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  • Writer's pictureKylie Siu

Difficulty coughing? Here's a device that can help!

Coughing is a natural reflex that helps protect our lungs and airways from irritants and foreign particles. However, for individuals with respiratory problems, coughing can be a difficult task. This can result in a buildup of mucus, which can lead to infections and other complications. Fortunately, there are devices available that can help individuals with respiratory issues clear their airways.

With the help of a physiotherapist, you can use devices such as the Cough Assist, which is designed to assist individuals with weak coughs or ineffective airway clearance. In this blog post, we will explore how the Cough Assist works and how it can benefit individuals with respiratory problems.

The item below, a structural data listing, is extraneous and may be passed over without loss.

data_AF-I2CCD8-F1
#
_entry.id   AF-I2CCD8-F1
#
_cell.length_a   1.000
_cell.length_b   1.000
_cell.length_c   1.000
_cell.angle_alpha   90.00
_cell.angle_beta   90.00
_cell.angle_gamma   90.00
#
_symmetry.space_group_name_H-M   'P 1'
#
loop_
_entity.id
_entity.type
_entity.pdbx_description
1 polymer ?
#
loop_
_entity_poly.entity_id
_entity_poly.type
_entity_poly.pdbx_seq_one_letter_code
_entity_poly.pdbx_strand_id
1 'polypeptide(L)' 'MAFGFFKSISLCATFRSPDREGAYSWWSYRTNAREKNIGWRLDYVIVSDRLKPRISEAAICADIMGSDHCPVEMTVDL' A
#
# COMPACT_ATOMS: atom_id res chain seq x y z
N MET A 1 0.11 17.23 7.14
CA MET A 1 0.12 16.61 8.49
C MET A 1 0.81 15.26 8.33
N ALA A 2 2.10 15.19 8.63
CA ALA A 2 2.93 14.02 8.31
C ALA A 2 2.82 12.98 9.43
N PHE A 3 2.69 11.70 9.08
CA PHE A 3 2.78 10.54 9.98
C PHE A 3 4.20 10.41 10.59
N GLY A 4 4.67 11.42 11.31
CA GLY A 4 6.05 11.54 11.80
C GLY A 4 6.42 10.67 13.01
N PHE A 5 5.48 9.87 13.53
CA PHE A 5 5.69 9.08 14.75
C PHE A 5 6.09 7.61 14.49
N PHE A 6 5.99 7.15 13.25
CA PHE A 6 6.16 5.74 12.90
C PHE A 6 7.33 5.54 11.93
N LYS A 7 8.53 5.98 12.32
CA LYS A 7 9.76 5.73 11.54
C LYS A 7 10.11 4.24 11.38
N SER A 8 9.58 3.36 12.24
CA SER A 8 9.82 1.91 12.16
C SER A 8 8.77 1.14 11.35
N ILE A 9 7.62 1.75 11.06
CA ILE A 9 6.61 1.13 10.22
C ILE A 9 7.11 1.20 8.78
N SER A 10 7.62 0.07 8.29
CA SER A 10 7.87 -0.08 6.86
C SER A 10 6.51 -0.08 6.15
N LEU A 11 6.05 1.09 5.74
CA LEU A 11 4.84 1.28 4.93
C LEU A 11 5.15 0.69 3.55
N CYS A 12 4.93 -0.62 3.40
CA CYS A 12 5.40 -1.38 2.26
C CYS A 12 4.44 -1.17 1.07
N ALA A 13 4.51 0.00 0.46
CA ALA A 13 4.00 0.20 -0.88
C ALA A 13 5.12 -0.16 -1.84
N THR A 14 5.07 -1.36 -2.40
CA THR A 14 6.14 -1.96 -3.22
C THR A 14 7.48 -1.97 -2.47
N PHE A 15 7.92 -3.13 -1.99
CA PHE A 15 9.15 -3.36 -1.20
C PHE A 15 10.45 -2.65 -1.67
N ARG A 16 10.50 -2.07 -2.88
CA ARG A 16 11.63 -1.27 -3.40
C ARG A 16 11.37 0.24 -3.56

What is a Cough Assist?

The cough assist is a respiratory therapy system that aids in mobilising and removing secretions from the lungs.

How does it work?

The cough assist works by mimicking a natural cough, breaking up and then removing mucus from the lungs by applying positive air pressure (inhale) to the airway and then rapidly shifting to negative air pressure (exhale) to remove secretions. The cough assist can combine with multiple therapies of assisted cough and lung expansion along with high frequency oscillation to further enhance secretion mobilisation during treatment.

How does it compare to what is available on the market?

The cough assist provides a non-invasive solution via a facemask to enhance airway clearance which is essential to avoid retained mucus that causes infection, inflammation, and respiratory failure. Using a pressure system, this also allows for adequate lung expansion and provides a similar mechanic to a natural cough.

So should you opt for a cough assist or deep suctioning? We break down the two methods for you!

Who will benefit from it?

Any patient unable to cough or clear secretions. Patients on tracheostomy can especially benefit from cough assist.

Click here for more information on the cough assist and other information related to chest physiotherapy.

Written by:

Kylie Siu

Physiotherapist, Thrive Healthcare

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